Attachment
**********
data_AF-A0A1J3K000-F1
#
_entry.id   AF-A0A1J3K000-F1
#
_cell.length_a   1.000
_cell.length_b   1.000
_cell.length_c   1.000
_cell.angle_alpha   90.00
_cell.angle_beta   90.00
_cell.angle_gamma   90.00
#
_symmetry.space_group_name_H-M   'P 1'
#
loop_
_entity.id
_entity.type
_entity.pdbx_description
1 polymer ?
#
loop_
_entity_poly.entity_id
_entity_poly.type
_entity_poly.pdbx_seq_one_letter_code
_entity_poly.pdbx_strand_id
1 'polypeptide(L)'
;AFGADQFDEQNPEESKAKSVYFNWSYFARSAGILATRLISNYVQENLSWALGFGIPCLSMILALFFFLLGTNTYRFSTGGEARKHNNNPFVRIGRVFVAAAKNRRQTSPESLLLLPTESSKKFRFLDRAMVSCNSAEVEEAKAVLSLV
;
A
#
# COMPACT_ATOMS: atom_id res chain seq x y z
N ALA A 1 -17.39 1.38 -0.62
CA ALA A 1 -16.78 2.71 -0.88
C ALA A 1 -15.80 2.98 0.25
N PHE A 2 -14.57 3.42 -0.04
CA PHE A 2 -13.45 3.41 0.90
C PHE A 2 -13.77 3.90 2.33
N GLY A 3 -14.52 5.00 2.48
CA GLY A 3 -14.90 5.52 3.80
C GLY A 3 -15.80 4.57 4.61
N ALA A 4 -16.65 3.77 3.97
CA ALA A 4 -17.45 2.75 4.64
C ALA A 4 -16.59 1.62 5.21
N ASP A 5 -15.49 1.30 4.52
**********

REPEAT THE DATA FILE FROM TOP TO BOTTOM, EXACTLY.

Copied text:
data_AF-A0A1J3K000-F1
#
_entry.id   AF-A0A1J3K000-F1
#
_cell.length_a   1.000
_cell.length_b   1.000
_cell.length_c   1.000
_cell.angle_alpha   90.00
_cell.angle_beta   90.00
_cell.angle_gamma   90.00
#
_symmetry.space_group_name_H-M   'P 1'
#
loop_
_entity.id
_entity.type
_entity.pdbx_description
1 polymer ?
#
loop_
_entity_poly.entity_id
_entity_poly.type
_entity_poly.pdbx_seq_one_letter_code
_entity_poly.pdbx_strand_id
1 'polypeptide(L)'
;AFGADQFDEQNPEESKAKSVYFNWSYFARSAGILATRLISNYVQENLSWALGFGIPCLSMILALFFFLLGTNTYRFSTGGEARKHNNNPFVRIGRVFVAAAKNRRQTSPESLLLLPTESSKKFRFLDRAMVSCNSAEVEEAKAVLSLV
;
A
#
# COMPACT_ATOMS: atom_id res chain seq x y z
N ALA A 1 -17.39 1.38 -0.62
CA ALA A 1 -16.78 2.71 -0.88
C ALA A 1 -15.80 2.98 0.25
N PHE A 2 -14.57 3.42 -0.04
CA PHE A 2 -13.45 3.41 0.90
C PHE A 2 -13.77 3.90 2.33
N GLY A 3 -14.52 5.00 2.48
CA GLY A 3 -14.90 5.52 3.80
C GLY A 3 -15.80 4.57 4.61
N ALA A 4 -16.65 3.77 3.97
CA ALA A 4 -17.45 2.75 4.64
C ALA A 4 -16.59 1.62 5.21
N ASP A 5 -15.49 1.30 4.52